Wednesday 29 June, 2022


In our garden yesterday evening. I always think of them as quintessentially English flowers.

Quote of the Day

”Will people in the cheaper seats clap your hands? All the rest of you just rattle your jewellery.”

  • John Lennon, at a Royal Variety Performance, 15 November, 1963

Musical alternative to the morning’s radio news

Handel | Let The Bright Seraphim | Rowan Pierce, soprano | David Blackadder, trumpet | Academy of Ancient Music


Complete with animated score!

Long Read of the Day

 What the **** is the metaverse?

Good question. Here’s Dave Birch doing some thinking aloud about it.

I’ve seen so many different descriptions of the new cyberspace for work, rest and play over the last few months that it’s really unclear to me what most people actually mean by “metaverse”. In fact, despite Gartner’s prediction that by 2026, a quarter of the population will spend at least one hour a day in the metaverse “for work, shopping, education, social and/or entertainment”, I doubt that many in the financial services industry can give a cogent and concise description of what that metaverse itself will be, other than it will be a bit like “Call of Duty” with Mark Zuckerberg dressed as a skeleton in it and there will be a tiger wandering around in a JP Morgan branch in Minecraft…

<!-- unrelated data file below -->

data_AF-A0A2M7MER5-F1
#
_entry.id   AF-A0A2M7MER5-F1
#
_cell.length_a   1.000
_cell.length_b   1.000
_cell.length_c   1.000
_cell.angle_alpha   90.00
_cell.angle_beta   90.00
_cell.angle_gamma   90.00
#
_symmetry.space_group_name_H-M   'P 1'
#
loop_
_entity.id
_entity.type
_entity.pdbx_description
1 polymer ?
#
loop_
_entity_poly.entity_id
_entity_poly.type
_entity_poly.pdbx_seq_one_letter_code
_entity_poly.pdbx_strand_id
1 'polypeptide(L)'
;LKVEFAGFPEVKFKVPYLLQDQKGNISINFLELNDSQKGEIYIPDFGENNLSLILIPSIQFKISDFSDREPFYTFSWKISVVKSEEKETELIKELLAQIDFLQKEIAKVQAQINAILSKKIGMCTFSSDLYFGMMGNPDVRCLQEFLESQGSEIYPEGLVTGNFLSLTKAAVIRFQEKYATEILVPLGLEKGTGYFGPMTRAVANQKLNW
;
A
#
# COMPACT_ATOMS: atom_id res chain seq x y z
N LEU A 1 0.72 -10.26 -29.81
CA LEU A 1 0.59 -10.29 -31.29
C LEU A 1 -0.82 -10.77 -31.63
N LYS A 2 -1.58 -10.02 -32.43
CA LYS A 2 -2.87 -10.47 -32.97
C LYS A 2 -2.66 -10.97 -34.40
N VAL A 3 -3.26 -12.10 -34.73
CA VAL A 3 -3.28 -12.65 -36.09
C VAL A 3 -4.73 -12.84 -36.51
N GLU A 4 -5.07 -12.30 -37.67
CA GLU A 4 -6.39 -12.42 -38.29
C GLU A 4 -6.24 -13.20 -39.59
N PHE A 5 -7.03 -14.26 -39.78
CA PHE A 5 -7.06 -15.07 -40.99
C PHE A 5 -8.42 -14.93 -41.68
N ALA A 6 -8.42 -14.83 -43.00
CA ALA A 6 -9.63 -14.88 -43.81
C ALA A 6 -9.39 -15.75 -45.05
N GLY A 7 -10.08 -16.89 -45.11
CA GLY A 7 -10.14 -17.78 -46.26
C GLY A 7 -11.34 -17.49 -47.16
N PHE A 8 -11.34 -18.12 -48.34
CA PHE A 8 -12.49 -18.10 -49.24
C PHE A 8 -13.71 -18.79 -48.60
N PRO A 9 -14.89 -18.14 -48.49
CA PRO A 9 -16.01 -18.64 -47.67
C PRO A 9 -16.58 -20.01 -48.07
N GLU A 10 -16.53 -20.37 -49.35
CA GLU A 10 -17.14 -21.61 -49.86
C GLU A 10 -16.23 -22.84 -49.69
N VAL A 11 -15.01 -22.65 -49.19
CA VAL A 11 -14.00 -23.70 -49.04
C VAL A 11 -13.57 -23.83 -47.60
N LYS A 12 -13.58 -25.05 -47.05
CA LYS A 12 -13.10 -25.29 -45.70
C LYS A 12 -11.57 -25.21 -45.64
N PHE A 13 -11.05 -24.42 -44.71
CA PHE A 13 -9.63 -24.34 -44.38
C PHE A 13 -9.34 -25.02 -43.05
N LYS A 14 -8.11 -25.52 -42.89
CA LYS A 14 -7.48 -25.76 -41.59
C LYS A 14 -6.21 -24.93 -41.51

My commonplace booklet

John Lanchester, writing in the LRB:

“Richard Feynman was once asked what he would pass on if the whole edifice of modern scientific knowledge had been lost, and all he could give to posterity was a single sentence. What axiom would convey the maximum amount of scientific information in the fewest possible words? His candidate was ‘all things are made of atoms.’ In a similar spirit, if the whole ramshackle structure of contemporary macroeconomics vanished into thin air and the field had to be reconstructed from scratch, the sentence which packs as much of the discipline into the fewest possible words might be ‘governments are not households.’ “

This Blog is also available as a daily email. If you think that might suit you better, why not subscribe? One email a day, Monday through Friday, delivered to your inbox. It’s free, and you can always unsubscribe if you conclude your inbox is full enough already!